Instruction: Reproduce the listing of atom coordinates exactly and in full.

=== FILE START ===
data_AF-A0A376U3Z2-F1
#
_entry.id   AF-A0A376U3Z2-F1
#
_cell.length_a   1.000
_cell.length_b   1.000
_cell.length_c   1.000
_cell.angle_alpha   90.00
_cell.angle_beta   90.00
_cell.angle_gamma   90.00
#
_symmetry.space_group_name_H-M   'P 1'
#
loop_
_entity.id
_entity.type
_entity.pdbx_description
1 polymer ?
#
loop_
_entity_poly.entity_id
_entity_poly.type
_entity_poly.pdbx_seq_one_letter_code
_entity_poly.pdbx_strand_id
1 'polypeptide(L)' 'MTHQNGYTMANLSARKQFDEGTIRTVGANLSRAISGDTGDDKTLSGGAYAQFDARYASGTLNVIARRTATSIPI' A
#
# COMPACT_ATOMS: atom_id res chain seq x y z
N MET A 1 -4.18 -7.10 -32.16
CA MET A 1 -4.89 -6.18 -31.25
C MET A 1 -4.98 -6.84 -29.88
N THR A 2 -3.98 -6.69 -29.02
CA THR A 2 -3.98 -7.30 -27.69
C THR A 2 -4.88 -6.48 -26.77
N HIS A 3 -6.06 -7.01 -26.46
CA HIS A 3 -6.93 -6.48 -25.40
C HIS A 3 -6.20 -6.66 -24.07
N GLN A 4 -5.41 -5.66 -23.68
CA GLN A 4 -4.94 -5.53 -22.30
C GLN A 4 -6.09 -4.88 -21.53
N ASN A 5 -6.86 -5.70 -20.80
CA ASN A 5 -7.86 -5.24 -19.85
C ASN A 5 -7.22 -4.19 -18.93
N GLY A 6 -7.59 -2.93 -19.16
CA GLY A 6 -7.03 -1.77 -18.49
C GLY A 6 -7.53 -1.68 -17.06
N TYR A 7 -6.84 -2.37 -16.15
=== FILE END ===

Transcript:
data_AF-A0A376U3Z2-F1
#
_entry.id   AF-A0A376U3Z2-F1
#
_cell.length_a   1.000
_cell.length_b   1.000
_cell.length_c   1.000
_cell.angle_alpha   90.00
_cell.angle_beta   90.00
_cell.angle_gamma   90.00
#
_symmetry.space_group_name_H-M   'P 1'
#
loop_
_entity.id
_entity.type
_entity.pdbx_description
1 polymer ?
#
loop_
_entity_poly.entity_id
_entity_poly.type
_entity_poly.pdbx_seq_one_letter_code
_entity_poly.pdbx_strand_id
1 'polypeptide(L)' 'MTHQNGYTMANLSARKQFDEGTIRTVGANLSRAISGDTGDDKTLSGGAYAQFDARYASGTLNVIARRTATSIPI' A
#
# COMPACT_ATOMS: atom_id res chain seq x y z
N MET A 1 -4.18 -7.10 -32.16
CA MET A 1 -4.89 -6.18 -31.25
C MET A 1 -4.98 -6.84 -29.88
N THR A 2 -3.98 -6.69 -29.02
CA THR A 2 -3.98 -7.30 -27.69
C THR A 2 -4.88 -6.48 -26.77
N HIS A 3 -6.06 -7.01 -26.46
CA HIS A 3 -6.93 -6.48 -25.40
C HIS A 3 -6.20 -6.66 -24.07
N GLN A 4 -5.41 -5.66 -23.68
CA GLN A 4 -4.94 -5.53 -22.30
C GLN A 4 -6.09 -4.88 -21.53
N ASN A 5 -6.86 -5.70 -20.80
CA ASN A 5 -7.86 -5.24 -19.85
C ASN A 5 -7.22 -4.19 -18.93
N GLY A 6 -7.59 -2.93 -19.16
CA GLY A 6 -7.03 -1.77 -18.49
C GLY A 6 -7.53 -1.68 -17.06
N TYR A 7 -6.84 -2.37 -16.15